I'm not saying Ramsey hasn't helped people, but if you look to him for advice in situations such as these, well, good luck to you. I have no doubt that he offers useful advice about how to devise and manage an economic plan on a household level, but this is an entirely different creature we are talking about in the current worldwide situation.

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FYI- the GDP has been carefully managed as to avoid recession. They use a deflator figure that quickly turns negative growth into positive. And by the time all of the hedonic and seasonal adjustments are made, the validity of this figure is borderline absurd.

Nevertheless, some banks will fail. But the world economy depends on the dollar (or at least the lack of failure of the dollar), so the world banks will defend the dollar.

We will survive this- it just depends on how much of it is shouldered by US taxpayers. I would suggest it should be $0. Let destruction of this shell economy take place. Helicopter Ben obviously has a different point of view.

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The world has never in the past been as economically linked as it is today. The current crises is worldwide and to choose to ignore that fact is wishful thinking or ignorance. To even suggest that what is happening now is similar to the S&L debacle doesn't really merit a response.

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This info came out in the news from a moron being payed with tax dollars who couldn't manage to keep his mouth shut when talking to a reporter (after the fact, so it had nothing to do with the run on the bank).

Schumer's no moron. He undoubtedly got well taken care of for making those comments, in one way or another.

And now WaMu is getting ready to fall off a cliff. IndyMac, NorthernRock and Bear Stearns all inform us of the power of gossip and rumors to devastate.

Then why hasn't the plug been pulled on Lehman?

Connections count for something...

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Lehman won't survive. They'll be another orchestrated take under. They can't remain independent with the looming deficit on their balance sheets.

WaMu- they most likely won't survive unless they significantly increase capital by diluting shareholders driving the price down even further. Among all the other risky behaviors banks engaged in, WaMu was the king of the negative amortization loan. All of the accruing interest and the interest on the interest was booked as profit in previous quarters despite the fact that it is virtually 100% uncollectible. When they "adjust" their balance sheet, things will get ugly over there. A CFO resignation should be forthcoming and then sh*t will hit the fan.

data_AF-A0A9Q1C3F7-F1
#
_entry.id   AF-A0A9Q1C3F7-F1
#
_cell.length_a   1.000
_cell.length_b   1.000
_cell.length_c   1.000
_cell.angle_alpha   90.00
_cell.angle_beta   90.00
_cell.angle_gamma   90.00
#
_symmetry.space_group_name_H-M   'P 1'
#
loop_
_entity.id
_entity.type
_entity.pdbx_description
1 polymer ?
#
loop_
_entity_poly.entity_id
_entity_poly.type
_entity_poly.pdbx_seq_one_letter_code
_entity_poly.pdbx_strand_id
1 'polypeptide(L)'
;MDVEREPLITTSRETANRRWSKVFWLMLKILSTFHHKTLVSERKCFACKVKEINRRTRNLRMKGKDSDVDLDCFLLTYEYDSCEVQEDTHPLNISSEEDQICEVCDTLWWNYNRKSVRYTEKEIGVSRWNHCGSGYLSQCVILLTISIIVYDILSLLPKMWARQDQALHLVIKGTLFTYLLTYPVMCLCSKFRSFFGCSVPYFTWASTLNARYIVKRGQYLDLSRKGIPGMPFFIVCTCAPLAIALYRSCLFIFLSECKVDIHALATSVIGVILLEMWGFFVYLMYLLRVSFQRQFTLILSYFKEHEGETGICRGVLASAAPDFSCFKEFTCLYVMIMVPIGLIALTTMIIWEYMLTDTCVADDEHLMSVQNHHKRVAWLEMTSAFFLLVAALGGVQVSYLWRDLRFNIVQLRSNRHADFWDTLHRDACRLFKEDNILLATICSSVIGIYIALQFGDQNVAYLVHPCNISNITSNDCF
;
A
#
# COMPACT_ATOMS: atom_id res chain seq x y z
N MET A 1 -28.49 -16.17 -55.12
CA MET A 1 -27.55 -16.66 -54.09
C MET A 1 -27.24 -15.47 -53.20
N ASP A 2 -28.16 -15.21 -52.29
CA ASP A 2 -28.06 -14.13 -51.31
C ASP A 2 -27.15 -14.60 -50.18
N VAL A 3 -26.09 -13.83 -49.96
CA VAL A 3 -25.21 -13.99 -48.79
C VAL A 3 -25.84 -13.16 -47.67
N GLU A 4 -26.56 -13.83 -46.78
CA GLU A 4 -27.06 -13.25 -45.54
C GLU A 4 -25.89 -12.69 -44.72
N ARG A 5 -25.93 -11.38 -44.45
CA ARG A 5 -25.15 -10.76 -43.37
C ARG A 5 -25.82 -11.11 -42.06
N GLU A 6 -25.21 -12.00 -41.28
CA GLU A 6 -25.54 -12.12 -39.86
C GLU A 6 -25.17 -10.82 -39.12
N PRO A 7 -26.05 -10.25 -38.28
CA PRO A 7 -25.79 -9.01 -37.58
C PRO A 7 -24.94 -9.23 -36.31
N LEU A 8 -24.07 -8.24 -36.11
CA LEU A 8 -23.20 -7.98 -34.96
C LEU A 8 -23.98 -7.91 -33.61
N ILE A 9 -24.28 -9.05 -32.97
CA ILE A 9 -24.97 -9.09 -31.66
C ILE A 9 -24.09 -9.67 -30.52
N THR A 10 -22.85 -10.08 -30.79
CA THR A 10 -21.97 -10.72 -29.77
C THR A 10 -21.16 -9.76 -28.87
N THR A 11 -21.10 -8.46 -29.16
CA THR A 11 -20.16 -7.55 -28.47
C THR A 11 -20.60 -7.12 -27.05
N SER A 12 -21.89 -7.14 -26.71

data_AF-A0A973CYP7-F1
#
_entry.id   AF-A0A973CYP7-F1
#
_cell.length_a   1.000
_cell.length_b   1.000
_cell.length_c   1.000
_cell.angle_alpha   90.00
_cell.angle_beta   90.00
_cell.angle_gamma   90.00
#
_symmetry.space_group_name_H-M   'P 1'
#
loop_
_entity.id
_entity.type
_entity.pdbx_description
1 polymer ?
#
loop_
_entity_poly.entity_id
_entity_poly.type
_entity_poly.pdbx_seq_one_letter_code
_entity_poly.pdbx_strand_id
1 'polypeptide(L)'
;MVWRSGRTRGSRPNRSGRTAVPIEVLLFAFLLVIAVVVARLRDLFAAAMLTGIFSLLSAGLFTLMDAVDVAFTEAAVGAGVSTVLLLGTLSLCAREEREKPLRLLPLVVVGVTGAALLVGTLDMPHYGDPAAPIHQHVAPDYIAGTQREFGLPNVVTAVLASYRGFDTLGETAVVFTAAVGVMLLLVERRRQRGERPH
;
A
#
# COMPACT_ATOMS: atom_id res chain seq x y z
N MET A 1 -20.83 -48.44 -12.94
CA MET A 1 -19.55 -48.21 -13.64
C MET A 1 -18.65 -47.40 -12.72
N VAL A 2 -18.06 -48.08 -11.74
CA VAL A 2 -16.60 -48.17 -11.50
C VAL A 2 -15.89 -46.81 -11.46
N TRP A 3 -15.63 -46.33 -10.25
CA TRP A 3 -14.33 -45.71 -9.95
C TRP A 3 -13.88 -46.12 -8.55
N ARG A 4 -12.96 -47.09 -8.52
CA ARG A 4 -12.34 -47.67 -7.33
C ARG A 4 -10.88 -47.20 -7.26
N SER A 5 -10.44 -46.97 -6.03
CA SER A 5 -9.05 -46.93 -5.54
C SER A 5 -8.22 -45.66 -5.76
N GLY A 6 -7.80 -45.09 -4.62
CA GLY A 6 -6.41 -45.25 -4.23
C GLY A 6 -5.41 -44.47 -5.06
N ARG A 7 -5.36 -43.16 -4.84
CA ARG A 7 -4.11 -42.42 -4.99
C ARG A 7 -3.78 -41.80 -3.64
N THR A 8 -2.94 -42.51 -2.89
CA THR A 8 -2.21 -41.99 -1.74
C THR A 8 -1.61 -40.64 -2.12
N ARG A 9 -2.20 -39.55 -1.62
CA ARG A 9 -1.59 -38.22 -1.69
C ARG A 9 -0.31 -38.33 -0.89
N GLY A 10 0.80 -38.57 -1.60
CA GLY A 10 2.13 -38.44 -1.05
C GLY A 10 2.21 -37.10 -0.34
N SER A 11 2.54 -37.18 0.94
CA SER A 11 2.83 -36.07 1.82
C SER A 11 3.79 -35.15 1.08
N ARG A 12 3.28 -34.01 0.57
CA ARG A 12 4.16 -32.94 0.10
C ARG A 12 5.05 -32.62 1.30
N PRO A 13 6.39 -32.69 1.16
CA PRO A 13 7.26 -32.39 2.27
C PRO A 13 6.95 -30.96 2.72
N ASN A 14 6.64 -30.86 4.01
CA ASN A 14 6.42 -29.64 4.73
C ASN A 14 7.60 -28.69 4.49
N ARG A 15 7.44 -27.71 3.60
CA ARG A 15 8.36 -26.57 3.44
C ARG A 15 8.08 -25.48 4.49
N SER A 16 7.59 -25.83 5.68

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I thought WaMu's "death spiral financing" deal (when they raised the last round of capital) virtually precluded raising any more equity? Or are you suggesting that the death spiral financiers will not insist on the precise terms that WaMu has agreed to, figuring a diluted position in a live bank is better than an undiluted one in a dead one?

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TPG now owns a large chunk of WaMu due to capital injection #1. If WaMu can't sustain losses for the next 18 months, which I don't think they can, TPG is due a major refund if they raise capital by issuing shares below $8.75. This is just the starting point for negotiation. What will likely happen is they'll inject more capital and the refund will be foregone in lieu of a forced management change. Essentially TPG will receive the control premium instead of a non-existent cash refund.

What a mess for shareholders. And to answer your question, yes. Allowing WaMu to survive and forego cash is better than sending them a large uncollectible bill.